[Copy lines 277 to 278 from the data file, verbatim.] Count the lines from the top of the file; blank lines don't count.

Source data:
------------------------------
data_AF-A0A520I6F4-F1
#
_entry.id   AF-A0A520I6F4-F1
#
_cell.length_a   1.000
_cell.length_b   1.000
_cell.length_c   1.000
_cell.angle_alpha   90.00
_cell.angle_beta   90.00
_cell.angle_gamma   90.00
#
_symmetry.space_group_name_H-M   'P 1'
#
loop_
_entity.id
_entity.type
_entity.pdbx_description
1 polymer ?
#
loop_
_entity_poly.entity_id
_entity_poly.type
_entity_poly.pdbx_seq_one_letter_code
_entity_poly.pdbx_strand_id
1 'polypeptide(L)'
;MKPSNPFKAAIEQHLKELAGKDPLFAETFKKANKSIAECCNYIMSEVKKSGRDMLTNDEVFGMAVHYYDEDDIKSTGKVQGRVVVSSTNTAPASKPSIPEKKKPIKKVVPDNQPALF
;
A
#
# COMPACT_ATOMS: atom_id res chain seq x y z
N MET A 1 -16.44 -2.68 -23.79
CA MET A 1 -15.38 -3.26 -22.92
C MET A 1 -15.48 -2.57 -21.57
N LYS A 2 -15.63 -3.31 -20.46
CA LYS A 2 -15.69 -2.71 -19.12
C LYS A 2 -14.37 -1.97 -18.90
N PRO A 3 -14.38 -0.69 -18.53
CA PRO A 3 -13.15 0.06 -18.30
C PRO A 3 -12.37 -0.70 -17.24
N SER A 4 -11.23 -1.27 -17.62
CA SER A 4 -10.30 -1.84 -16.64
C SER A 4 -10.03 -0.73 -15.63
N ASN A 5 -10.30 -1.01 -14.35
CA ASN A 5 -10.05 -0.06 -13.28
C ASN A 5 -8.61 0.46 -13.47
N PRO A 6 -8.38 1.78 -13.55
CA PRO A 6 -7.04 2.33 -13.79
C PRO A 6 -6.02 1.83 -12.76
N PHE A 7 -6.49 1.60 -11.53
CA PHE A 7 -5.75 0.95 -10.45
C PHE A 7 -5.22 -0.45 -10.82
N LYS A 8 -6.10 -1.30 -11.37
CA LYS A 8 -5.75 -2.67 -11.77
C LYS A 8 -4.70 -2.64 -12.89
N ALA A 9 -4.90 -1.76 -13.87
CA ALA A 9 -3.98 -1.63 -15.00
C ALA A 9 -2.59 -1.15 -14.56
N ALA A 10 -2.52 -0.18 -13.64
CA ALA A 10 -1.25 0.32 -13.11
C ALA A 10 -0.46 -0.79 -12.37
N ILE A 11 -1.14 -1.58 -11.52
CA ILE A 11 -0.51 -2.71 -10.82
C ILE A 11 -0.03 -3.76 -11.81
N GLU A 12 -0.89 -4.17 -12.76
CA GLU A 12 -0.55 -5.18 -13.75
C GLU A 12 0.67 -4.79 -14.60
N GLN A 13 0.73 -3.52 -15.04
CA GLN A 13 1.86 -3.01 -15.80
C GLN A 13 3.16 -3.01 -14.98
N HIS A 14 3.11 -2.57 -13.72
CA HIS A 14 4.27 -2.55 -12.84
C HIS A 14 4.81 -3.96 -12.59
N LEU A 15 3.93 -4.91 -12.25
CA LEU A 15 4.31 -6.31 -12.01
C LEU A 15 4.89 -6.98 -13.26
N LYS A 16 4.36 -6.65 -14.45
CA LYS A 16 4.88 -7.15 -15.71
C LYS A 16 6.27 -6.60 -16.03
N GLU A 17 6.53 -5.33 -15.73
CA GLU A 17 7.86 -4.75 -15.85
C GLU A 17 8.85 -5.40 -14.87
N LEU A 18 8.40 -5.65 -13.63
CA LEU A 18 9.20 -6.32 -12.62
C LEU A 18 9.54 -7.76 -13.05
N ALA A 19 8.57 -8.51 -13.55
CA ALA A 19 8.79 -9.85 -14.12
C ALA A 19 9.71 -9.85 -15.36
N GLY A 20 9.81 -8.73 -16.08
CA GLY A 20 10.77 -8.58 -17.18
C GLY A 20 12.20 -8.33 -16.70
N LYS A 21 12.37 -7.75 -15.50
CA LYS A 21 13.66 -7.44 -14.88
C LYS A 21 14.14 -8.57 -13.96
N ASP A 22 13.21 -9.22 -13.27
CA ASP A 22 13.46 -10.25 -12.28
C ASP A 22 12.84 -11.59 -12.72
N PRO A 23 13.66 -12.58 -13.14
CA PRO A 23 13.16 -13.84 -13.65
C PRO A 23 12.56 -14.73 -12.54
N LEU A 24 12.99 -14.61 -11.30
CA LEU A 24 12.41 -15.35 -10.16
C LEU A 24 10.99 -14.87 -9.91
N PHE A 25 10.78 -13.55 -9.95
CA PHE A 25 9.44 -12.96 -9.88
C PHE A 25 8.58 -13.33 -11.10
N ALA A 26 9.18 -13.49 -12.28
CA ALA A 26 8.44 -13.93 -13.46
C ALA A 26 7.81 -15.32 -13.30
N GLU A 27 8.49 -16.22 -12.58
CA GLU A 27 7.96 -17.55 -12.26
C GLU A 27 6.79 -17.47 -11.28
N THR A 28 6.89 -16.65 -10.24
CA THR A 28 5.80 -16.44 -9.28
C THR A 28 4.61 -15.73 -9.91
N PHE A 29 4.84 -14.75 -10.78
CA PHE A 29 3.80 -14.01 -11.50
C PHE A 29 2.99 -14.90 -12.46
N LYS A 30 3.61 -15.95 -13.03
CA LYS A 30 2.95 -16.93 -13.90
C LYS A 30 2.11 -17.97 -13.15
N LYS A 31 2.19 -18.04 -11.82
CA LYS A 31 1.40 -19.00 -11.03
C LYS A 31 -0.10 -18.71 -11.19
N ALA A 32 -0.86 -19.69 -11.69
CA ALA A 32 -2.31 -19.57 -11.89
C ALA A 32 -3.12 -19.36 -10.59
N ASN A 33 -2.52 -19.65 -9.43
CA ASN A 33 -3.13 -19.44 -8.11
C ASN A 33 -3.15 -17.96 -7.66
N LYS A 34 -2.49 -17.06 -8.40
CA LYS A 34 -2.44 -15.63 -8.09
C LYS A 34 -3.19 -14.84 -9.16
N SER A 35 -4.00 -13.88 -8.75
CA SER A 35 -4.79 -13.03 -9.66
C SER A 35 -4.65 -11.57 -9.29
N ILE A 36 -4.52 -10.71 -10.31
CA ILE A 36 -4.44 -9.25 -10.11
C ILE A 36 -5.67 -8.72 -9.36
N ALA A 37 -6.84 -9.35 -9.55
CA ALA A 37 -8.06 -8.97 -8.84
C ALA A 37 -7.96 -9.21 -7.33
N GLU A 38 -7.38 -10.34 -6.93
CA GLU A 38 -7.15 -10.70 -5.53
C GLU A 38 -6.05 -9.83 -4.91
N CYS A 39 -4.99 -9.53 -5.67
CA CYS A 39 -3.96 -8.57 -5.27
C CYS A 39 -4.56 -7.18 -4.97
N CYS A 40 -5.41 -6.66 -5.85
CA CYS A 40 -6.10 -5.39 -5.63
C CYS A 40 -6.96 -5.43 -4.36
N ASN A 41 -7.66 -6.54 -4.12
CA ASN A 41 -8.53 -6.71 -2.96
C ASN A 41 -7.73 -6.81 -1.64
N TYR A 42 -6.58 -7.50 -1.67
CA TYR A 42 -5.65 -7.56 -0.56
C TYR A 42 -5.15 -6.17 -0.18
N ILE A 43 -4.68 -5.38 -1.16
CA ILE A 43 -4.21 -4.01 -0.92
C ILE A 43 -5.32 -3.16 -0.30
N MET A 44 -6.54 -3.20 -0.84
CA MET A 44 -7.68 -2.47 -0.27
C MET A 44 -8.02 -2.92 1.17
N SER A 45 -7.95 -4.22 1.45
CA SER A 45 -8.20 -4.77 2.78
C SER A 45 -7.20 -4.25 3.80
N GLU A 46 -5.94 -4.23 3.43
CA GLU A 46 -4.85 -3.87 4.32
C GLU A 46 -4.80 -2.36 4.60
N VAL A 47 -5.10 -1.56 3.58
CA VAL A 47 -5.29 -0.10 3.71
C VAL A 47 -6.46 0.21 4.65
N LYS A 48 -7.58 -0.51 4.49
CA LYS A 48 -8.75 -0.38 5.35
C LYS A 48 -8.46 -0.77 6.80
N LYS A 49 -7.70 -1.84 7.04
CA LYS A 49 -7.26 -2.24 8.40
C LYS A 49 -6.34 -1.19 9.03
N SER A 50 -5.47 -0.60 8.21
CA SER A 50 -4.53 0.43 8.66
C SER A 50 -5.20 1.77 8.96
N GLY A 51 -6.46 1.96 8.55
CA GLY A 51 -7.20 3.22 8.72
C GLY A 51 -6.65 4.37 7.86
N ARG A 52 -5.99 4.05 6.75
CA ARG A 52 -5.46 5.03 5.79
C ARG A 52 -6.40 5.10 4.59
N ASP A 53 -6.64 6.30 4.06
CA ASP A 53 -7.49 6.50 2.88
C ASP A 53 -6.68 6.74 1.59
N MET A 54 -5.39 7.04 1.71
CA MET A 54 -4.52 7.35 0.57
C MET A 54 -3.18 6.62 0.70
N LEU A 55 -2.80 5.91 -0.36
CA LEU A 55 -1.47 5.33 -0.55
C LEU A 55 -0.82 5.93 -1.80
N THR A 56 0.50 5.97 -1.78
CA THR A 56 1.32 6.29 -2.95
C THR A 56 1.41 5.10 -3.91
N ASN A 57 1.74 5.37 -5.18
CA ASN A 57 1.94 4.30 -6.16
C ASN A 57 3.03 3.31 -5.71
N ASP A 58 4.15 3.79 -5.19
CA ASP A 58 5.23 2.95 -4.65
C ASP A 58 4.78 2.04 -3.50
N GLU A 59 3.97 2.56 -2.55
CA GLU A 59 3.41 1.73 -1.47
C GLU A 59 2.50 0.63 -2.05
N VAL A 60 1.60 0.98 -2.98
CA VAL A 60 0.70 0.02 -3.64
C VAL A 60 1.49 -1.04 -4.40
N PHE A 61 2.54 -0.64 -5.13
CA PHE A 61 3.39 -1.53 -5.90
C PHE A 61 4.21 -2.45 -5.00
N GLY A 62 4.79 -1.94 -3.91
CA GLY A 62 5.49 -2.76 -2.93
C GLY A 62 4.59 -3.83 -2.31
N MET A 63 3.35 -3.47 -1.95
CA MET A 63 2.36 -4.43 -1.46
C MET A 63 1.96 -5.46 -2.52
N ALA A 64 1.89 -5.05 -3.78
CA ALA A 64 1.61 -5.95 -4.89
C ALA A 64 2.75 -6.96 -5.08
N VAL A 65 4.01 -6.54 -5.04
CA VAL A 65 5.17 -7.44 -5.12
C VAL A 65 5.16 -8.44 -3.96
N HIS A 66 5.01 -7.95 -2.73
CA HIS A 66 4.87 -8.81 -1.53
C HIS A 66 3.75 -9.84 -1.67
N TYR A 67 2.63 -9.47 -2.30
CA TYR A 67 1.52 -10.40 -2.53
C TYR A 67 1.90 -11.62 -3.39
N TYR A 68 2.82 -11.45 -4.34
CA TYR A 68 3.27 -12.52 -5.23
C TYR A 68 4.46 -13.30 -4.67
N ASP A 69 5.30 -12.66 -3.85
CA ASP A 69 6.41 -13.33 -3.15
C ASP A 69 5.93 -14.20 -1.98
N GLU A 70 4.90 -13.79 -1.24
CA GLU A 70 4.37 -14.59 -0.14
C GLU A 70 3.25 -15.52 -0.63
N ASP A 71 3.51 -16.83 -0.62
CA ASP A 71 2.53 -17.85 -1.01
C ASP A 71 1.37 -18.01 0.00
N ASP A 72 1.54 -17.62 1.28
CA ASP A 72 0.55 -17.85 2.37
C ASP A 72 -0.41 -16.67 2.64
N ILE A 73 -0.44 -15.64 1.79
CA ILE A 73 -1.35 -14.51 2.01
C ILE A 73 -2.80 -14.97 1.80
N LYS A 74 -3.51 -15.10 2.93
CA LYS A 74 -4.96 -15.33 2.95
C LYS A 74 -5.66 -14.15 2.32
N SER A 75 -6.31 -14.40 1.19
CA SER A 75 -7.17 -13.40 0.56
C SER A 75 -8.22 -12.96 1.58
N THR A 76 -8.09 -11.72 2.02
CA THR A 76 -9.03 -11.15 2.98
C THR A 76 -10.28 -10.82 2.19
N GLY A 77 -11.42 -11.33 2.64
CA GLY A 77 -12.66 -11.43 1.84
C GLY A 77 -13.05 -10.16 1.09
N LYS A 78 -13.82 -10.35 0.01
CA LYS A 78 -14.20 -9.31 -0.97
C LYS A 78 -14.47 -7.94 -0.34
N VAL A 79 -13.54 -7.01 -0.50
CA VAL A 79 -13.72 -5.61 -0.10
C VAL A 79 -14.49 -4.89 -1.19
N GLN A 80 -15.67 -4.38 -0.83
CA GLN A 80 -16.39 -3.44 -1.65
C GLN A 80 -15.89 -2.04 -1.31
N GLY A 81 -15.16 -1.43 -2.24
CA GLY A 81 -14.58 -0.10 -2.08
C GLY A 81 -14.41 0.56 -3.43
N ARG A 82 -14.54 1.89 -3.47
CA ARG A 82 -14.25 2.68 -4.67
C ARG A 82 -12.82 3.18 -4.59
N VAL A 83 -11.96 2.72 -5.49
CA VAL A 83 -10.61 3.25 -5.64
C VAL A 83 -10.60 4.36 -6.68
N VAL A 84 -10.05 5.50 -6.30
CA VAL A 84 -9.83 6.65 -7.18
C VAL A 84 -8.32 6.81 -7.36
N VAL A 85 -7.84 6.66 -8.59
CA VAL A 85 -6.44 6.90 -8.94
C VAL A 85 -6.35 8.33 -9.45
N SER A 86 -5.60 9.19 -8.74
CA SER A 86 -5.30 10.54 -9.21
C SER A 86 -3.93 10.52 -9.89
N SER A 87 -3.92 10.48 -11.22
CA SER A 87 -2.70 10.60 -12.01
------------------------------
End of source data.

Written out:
N VAL A 83 -11.96 2.72 -5.49
CA VAL A 83 -10.61 3.25 -5.64